What Is A Lab Grown Diamond?

Q: I only want "real" diamonds. Is buying lab considered "fake?"

A: First we must ask - what is a "real" diamond? A true diamond is essentially just a carbon crystal. Regardless of the origin, crystallized carbon is a gemstone known as a diamond (as defined by the Federal Trade Commission). So whether earth grown or lab grown, any gem quality carbon crystal is a "real" diamond that can be worn in jewelry. Lab-grown diamonds are chemically, physically, and optically identical to earth grown diamonds - they will not change over time, and will not become scratched, cloudy, or discolored as would some diamond alternatives such as CZ. 

Q: If Lab Grown is "Real" then what is "Fake?"

A: The lowest cost diamond alternative is Cubic Zirconium, commonly referred to as "CZ" and is similar to glass in that it is not as hard as a diamond, and becomes scratched and cloudy within years of daily wear. Another higher-end diamond alternative is "Moissanite," which exhibits a more disco-ball-like brilliance than do diamonds, and fall in between CZ and diamonds in terms of hardness. Naturally occurring Moissanites are extremely rare, so the vast majority of these silicon carbide crystals are grown in labs. 


Q: How are lab grown diamonds grown?

A: Lab grown diamonds are manufactured using conditions that recreate the natural process that creates earth grown diamonds. This means that a carbon "seed" (often a tiny piece of natural diamond or a slim "plate" of lab grown diamond) is subjected to extremely high temperature and pressure in a controlled environment, into which gasses with a high carbon content are injected. The end result is a rough diamond, which then must be cut, faceted, and polished like any other diamond in order to assume it's final gem form. 

Labs use two different methods to grow diamonds—High Pressure-High Temperature (HPHT) and Chemical Vapor Deposition (CVD). The former is typically available mainly in the DEF color range, whereas the latter more commonly falls into the FGH color range (although it is possible to source both type in either color range). 

We use only CVD diamonds, as they are categorized as type IIa diamonds, just like earth grown. HPHT diamonds may have a higher amount of trace atomic metal content which may result in pen-test detection results of "Moissanite."


Q: What is the practical difference between Earth Grown & Lab Grown diamonds?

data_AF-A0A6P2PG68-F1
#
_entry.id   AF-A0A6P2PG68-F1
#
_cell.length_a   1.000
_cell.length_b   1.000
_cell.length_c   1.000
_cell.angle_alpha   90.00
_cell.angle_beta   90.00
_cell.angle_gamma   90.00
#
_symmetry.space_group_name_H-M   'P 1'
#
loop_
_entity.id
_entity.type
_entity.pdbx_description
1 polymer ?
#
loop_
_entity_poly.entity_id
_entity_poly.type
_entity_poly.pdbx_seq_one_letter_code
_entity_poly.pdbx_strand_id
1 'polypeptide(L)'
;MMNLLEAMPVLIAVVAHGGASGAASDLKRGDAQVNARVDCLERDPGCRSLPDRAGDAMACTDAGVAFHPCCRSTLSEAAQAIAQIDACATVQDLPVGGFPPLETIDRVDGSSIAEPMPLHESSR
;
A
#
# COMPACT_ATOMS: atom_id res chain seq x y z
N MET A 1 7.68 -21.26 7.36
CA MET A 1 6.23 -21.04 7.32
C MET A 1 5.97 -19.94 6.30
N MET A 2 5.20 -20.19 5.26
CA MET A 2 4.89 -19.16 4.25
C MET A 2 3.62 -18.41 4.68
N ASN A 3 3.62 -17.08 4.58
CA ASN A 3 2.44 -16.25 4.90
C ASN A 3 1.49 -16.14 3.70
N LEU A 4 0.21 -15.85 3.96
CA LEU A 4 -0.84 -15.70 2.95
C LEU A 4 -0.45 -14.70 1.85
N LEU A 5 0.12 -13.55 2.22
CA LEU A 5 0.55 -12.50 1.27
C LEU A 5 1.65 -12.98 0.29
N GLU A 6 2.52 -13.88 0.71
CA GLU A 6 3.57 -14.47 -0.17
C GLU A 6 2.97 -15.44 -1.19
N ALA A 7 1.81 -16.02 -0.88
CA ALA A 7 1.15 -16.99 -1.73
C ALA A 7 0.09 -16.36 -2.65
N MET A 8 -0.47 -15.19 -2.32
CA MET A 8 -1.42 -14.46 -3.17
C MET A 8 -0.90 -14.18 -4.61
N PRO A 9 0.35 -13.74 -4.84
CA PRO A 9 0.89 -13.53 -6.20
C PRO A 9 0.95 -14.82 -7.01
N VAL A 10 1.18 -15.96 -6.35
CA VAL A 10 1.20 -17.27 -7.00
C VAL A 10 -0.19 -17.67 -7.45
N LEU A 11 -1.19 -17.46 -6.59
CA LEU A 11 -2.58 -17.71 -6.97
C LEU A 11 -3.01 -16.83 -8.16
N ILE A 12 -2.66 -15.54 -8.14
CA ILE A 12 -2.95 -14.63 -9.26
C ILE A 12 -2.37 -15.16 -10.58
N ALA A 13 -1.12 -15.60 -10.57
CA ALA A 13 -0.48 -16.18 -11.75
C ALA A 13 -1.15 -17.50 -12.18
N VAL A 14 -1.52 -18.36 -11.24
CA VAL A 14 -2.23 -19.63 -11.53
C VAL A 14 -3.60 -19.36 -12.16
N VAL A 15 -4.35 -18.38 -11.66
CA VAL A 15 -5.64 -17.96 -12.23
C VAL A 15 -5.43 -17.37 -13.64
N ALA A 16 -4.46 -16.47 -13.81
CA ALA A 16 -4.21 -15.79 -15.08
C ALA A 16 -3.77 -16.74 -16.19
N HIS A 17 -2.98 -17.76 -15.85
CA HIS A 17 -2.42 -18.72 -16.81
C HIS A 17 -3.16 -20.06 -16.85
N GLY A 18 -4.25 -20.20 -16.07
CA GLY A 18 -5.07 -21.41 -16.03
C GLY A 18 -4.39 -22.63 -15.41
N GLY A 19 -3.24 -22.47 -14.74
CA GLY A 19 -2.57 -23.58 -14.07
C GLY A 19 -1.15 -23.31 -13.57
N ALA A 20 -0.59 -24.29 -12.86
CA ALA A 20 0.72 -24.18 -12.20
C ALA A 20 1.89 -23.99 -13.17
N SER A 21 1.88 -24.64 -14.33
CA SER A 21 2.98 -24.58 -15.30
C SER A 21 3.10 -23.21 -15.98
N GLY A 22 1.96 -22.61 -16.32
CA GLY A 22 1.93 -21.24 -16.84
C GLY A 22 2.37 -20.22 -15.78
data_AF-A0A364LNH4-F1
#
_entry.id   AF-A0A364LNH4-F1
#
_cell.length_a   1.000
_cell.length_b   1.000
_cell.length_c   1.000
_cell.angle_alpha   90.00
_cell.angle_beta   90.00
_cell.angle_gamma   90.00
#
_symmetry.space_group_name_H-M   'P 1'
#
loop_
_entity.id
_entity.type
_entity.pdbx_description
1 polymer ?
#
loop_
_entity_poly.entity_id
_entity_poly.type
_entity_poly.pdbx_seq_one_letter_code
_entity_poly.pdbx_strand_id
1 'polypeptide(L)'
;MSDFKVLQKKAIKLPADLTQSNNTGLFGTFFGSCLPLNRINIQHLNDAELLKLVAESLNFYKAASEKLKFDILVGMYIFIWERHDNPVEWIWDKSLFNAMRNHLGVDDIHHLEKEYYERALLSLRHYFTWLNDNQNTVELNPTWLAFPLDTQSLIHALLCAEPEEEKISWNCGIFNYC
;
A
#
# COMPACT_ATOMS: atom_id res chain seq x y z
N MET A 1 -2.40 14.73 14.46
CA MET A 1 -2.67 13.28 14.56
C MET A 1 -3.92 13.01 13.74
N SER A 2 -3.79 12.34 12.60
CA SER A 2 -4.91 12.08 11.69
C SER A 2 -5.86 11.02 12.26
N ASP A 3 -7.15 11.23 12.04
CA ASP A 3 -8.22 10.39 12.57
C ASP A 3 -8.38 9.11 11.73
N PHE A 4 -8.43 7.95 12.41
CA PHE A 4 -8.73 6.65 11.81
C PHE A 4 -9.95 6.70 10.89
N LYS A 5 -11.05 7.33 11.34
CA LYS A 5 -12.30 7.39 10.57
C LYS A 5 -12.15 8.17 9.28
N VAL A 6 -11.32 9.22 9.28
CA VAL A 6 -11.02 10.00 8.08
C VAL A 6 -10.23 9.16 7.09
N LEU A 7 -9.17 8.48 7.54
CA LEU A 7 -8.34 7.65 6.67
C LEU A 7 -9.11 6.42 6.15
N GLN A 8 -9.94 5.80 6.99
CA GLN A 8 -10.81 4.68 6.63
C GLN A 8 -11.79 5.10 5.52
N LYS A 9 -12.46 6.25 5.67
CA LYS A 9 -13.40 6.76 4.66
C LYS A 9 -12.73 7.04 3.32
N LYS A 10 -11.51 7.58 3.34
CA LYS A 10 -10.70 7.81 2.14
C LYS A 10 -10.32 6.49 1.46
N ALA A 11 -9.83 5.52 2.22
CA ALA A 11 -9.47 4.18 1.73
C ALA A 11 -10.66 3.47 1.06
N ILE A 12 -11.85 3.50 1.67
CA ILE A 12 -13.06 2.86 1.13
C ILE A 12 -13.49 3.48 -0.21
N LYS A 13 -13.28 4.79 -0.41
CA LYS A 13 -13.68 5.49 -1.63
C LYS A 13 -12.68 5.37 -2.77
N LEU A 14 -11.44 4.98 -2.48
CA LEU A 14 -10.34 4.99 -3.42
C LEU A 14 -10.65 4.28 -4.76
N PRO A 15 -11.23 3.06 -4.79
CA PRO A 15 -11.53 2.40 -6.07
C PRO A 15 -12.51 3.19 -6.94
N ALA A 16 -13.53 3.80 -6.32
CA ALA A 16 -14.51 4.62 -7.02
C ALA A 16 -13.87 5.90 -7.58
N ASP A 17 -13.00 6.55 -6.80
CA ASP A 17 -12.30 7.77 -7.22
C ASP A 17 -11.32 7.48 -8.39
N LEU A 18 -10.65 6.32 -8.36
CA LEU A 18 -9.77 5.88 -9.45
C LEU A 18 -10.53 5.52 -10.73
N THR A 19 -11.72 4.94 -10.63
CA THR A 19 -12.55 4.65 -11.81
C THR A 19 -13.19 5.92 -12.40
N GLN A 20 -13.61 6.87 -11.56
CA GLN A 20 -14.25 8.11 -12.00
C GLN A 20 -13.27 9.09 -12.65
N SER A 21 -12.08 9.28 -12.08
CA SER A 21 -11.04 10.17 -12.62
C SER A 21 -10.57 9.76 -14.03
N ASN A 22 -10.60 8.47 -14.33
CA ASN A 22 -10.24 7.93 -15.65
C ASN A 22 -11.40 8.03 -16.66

A: from 30% less to a fifth of the price of equivalent quality earth-grown diamonds depending on the size and quality of the stones! As a result, the $5,000 custom top-of-the line (colorless, perfect cut and nice size) lab grown diamond engagement ring would be compared to a $25,000 natural (earth grown) diamond ring. Additionally, lab grown diamonds are not subject to the same impurities that naturally occurring diamonds are exposed to in the ground, so they are to a very great extent free of trace elements that cause phenomenon such as fluorescence and high level of inclusions.


Q: What is the resale value of lab grown vs. earth grown diamonds? 

A: Proportionally speaking, they are essentially the same. Regardless of purchase price, you can expect to trade in your diamonds for significantly less than the retail price, for several reasons. Firstly, and most simply put, the buyer will not pay more for your trade in than they would for when procuring from their standard vendors and/or manufacturers. Secondly, when assessing trade in value, stones and jewelry are generally considered as scrap material, since the buyer carries all the risks of validation and certification of the goods. Next, one must keep in mind that the retail price includes many other costs such as overhead, utilities, store rent, salaries, labor, and materials. A trade in is looked at as only the raw materials. Additionally, many people mistakenly think that since in general, the value of commodities such as precious metals and gems increases over time, therefore they will be able to resell their diamond for more or less the same dollar amount that the gem was purchased at. Unfortunately, diamonds (as we see in the average person's jewelry) are not necessarily an investment that will reap great dividends, unless the stone is exceptionally unique in several of it's qualities, with size (or fancy color) being a minimum requirement. So unless you've got a gem special enough to have it's own name, do not expect to sell it for more than you paid for it. We like to point out that the money saved when buying a top-notch CVD diamond is a much higher dollar amount than the resale value of an equivalent natural diamond. So you'd make money when buying a CVD as opposed to just recovering some of your cost with a natural stone.


Q: Do the founders of Motek Jewelry prefer natural or lab? 

A: There are so many considerations that go into the purchase of diamond jewelry, that this question is difficult to answer. Ultimately, though, we have no preference when it comes to stones ranging in size from melee ("pointers") up to about a carat. From 1 carat to 3 carat, we lean toward lab since the average customer can easily get a stone that is significantly larger with higher quality specs for way under $10,000 (as of the publication of this article). From 3 carats and up, it is really a matter of buyer's preference & goals. Will this stone be continuously upgraded? Will this stone be used as an easily transported large asset? Etc.